We had anticipated this might happen, and we had a plan in place. I called the manager of a local editing facility, and told him we needed to edit a spot at 4 am. I called our voice talent, told him grab some coffee and meet us at the studio. I then wrote the script of our response ad. We finished the edit at 5 am, sent the spot to the stations. We were on with our response before our opponent’s attack ad ever aired.
Nothing had been left to chance because we had war gamed everything. I had pre-selected the editing facility and voice talent we’d use. They knew to keep their phones by their bedside. I had created a large file of pictures and footage so that we had plenty of visuals to use in the spot. We had pre-planned how to quickly get our spot to the stations regardless of the hour. It saved the career of a United States Senator.
There is a price to pay for not going through this exercise. It’s called chaos. Chaos happens when you get hit with something you never saw coming. Chaos happens when you have no idea what to do. Chaos happens when nobody on your team anticipated the attack, when nobody on your team can agree on what the response should be. Chaos is one of the reasons good candidates lose.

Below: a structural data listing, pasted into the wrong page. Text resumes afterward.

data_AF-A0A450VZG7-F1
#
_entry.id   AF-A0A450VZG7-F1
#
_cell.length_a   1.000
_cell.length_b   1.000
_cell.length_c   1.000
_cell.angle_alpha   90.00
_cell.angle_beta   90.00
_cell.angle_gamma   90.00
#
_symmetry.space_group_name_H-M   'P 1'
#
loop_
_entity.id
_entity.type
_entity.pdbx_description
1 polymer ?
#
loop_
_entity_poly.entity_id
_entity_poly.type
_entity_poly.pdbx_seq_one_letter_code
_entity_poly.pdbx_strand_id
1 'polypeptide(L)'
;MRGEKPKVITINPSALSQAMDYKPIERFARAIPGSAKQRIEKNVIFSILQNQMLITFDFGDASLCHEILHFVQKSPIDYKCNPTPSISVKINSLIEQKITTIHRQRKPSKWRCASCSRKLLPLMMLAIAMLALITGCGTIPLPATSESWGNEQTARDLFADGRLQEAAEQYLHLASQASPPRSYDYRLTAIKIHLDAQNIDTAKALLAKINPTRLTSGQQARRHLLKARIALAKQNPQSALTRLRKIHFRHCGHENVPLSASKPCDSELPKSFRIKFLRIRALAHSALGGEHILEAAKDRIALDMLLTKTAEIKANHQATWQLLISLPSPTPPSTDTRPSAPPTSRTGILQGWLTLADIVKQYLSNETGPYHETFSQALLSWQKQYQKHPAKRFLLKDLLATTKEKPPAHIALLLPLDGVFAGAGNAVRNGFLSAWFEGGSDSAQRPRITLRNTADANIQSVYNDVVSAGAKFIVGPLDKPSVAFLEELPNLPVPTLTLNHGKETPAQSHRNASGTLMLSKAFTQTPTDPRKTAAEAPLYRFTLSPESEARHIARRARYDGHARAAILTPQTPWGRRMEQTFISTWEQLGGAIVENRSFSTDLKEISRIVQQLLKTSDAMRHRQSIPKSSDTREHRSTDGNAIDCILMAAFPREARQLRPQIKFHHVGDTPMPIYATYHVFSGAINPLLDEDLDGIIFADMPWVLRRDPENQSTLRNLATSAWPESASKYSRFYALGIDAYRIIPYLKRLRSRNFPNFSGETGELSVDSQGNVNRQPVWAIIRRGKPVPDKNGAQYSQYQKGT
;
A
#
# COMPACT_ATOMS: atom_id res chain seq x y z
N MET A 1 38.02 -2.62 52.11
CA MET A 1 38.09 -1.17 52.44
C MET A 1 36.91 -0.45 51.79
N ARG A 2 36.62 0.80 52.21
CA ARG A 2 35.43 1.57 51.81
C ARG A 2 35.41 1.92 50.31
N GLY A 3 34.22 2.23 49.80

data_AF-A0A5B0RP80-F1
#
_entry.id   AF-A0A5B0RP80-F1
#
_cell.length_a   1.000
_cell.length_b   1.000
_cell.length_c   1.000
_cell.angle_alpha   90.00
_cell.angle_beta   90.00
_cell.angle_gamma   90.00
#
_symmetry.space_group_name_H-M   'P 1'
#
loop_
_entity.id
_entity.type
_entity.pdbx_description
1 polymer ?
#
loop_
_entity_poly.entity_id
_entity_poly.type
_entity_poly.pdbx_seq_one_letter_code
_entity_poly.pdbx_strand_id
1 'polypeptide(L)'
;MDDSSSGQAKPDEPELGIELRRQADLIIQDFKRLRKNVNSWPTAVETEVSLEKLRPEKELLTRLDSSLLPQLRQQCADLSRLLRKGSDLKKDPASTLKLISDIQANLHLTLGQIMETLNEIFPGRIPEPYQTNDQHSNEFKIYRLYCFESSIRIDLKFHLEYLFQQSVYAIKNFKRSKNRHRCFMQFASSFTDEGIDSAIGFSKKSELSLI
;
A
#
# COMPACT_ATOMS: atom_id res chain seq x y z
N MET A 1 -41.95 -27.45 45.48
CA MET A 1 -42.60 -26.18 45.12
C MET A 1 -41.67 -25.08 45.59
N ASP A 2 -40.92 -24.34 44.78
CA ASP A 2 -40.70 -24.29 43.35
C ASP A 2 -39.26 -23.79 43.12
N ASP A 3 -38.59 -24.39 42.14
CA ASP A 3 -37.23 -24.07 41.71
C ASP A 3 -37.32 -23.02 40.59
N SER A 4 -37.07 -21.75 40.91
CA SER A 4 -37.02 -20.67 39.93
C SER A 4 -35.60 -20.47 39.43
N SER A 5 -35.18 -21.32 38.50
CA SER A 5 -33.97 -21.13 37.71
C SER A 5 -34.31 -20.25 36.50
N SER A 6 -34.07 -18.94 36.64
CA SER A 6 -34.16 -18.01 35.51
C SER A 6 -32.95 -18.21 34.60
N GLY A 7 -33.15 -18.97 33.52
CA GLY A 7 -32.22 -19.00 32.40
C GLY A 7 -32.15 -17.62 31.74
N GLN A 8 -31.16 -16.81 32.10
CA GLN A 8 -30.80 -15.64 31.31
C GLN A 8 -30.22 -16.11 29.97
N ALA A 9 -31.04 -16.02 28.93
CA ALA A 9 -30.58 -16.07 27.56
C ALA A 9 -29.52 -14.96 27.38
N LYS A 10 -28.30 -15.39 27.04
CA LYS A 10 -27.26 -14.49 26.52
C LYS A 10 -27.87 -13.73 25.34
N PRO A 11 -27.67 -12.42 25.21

The ’90 day from the election’ checklist is essential in any competitive election. If you are running this year, and haven’t done yours, today is a good day to do it.
If you are looking for help with this exercise, I am not hard to reach. Call 845-458-1210. The call is free. If you get my voice mail, leave a message. I will get back to you.
Political consultant Jay Townsend works with smart, passionate candidates who want to run for office, win elections and make a difference. He has successfully helped candidates learn how to run for the U.S. Senate, how to run for Congress, how to run for Mayor and develop a winning campaign marketing strategy.
How to win an election: